Think of your team like a family? You might want to think again.
How often do you proudly hear ‘we treat each other like family’ referring to a seemingly well functioning business team? I’ll answer that one for you — too often.
Having a relationship with colleagues like you do a family member, isn’t a good thing. In terms of business success, it’s a bad thing, a very bad thing.
As a family you have (give or take some particularly repugnant atrocities), unconditional love for each other.
There’s no way you should afford a team member at work that same luxury. Your relationship should be built on mutural respect, complementary skill sets, trust, predicability and reliability. If any of these aspects aren’t working, you either work through the issues sharpish, or you go your seperate ways. Job done.
Of course, you can still remain friends and by all means, treat each other like family out of work, but you should no longer be colleagues.
Do you and your family set SMART goals? Probably not; you muddle through life trying your best to create a happy existence together. Blinding navigating life’s twists and turns and chalking them up as luck, fate and coincidence.
Imagine if this was the case at work. Not defining goals = going nowhere. Fast.
A much healthier way to think of your work peers is as a sports team. Sport teams motivate and encourage each other, all bringing a different skill set to an overall collective goal, while enjoy some friendly competition.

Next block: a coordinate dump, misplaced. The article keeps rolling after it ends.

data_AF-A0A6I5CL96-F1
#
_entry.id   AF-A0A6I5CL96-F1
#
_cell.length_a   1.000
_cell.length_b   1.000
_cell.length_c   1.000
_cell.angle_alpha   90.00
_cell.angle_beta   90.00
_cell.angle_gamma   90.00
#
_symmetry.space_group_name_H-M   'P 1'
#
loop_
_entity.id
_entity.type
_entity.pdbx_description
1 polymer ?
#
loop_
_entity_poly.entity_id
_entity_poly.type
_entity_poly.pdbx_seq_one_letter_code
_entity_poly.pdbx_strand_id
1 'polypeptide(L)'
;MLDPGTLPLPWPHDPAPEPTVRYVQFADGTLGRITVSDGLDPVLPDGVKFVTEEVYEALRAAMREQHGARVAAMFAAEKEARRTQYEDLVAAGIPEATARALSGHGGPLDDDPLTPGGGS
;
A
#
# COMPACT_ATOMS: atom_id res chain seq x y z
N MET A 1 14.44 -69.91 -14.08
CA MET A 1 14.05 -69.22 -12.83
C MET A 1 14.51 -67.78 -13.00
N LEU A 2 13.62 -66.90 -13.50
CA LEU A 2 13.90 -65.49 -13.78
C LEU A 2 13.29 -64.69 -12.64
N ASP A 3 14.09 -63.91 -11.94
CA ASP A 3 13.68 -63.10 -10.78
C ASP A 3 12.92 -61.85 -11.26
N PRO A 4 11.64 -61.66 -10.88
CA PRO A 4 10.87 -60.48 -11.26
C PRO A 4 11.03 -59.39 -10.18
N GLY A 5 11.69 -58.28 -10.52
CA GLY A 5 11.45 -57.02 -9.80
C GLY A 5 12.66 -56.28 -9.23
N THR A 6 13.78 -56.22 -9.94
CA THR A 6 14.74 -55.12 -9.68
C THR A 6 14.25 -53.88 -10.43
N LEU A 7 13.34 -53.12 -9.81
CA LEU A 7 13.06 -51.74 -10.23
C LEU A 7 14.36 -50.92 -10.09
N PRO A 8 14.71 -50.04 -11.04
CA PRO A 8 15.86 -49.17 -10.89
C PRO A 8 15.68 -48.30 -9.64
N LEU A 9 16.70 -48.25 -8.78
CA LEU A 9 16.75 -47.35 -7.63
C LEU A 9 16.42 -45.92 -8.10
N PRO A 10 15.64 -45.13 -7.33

But hang on, not too much competition mind.
According to Margaret Hoffman Margaret Hoffman “organisations who encourage competition between employees, teams, departments create a negative culture, whereas employees who are not in competition, will be infinitely more productive”.
So what should you be looking for when it comes to hiring your ultimate ‘sports team’?
First of all individuals who, when questioned, discuss past successes based on the overall strategy of the team they worked with, not just their individual wins.
That way you know you’ve got a team player on your hands.
According to company culture gurus Netflix, too many leaders are looking for a new team member who shares their values and ‘fits right in’ but that’s not always the best tactic either. Be careful not to hire clones of the leadership team, business need diverse perspectives in order to thrive.
Let’s take a closer look at Netflix’s strategy for some culture best practise.
Netflix give staff the autonomy to make business decisions based on considering this one question beforehand: whats best for the business?
This could be who they partner with, R&D, or even what form of transport to use when traveling.
This philosophy doesn’t work for everyone, some people need the structure of a formalised business decision-making process, but these are the people that are not right for Netflix.
They are looking for people who can adopt their philosophy, but have the autonomous mindset to come to their own interpretations of the ideal.
As they wisely state, it’s better to not hire someone in the first place than to have to hire and fire.
If you’re interested in Netflix’s company culture you can check out the ‘working document’ they give to all new employee here.
I’d love to hear your hiring (and if you must, firing) stories and the best practises you’ve come across on your travels on company culture.
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